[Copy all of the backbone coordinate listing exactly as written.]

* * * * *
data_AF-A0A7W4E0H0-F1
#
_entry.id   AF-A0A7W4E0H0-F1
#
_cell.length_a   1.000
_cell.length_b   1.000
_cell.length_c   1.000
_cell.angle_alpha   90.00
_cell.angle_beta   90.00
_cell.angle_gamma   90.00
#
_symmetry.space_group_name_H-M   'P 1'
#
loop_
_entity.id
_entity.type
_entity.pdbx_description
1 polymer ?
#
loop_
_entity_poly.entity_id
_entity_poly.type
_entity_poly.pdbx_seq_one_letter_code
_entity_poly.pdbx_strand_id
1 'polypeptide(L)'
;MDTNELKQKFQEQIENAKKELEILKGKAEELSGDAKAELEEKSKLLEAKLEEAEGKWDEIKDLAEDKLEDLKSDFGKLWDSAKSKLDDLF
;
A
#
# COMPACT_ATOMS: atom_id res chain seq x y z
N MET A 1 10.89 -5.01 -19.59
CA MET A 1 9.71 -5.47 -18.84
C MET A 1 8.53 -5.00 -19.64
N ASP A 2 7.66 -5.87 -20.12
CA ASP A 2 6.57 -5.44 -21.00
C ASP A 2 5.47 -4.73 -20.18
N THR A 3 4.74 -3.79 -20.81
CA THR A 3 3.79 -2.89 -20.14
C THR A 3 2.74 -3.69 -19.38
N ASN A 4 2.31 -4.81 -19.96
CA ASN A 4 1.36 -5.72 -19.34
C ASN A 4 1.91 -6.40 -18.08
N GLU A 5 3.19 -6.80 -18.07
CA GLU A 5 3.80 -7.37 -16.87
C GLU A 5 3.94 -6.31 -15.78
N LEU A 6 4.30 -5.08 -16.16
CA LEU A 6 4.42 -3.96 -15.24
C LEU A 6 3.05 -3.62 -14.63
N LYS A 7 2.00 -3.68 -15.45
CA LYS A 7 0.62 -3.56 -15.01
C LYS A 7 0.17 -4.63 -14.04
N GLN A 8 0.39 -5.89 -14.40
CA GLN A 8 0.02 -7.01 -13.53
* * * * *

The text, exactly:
data_AF-A0A7W4E0H0-F1
#
_entry.id   AF-A0A7W4E0H0-F1
#
_cell.length_a   1.000
_cell.length_b   1.000
_cell.length_c   1.000
_cell.angle_alpha   90.00
_cell.angle_beta   90.00
_cell.angle_gamma   90.00
#
_symmetry.space_group_name_H-M   'P 1'
#
loop_
_entity.id
_entity.type
_entity.pdbx_description
1 polymer ?
#
loop_
_entity_poly.entity_id
_entity_poly.type
_entity_poly.pdbx_seq_one_letter_code
_entity_poly.pdbx_strand_id
1 'polypeptide(L)'
;MDTNELKQKFQEQIENAKKELEILKGKAEELSGDAKAELEEKSKLLEAKLEEAEGKWDEIKDLAEDKLEDLKSDFGKLWDSAKSKLDDLF
;
A
#
# COMPACT_ATOMS: atom_id res chain seq x y z
N MET A 1 10.89 -5.01 -19.59
CA MET A 1 9.71 -5.47 -18.84
C MET A 1 8.53 -5.00 -19.64
N ASP A 2 7.66 -5.87 -20.12
CA ASP A 2 6.57 -5.44 -21.00
C ASP A 2 5.47 -4.73 -20.18
N THR A 3 4.74 -3.79 -20.81
CA THR A 3 3.79 -2.89 -20.14
C THR A 3 2.74 -3.69 -19.38
N ASN A 4 2.31 -4.81 -19.96
CA ASN A 4 1.36 -5.72 -19.34
C ASN A 4 1.91 -6.40 -18.08
N GLU A 5 3.19 -6.80 -18.07
CA GLU A 5 3.80 -7.37 -16.87
C GLU A 5 3.94 -6.31 -15.78
N LEU A 6 4.30 -5.08 -16.16
CA LEU A 6 4.42 -3.96 -15.24
C LEU A 6 3.05 -3.62 -14.63
N LYS A 7 2.00 -3.68 -15.45
CA LYS A 7 0.62 -3.56 -15.01
C LYS A 7 0.17 -4.63 -14.04
N GLN A 8 0.39 -5.89 -14.40
CA GLN A 8 0.02 -7.01 -13.53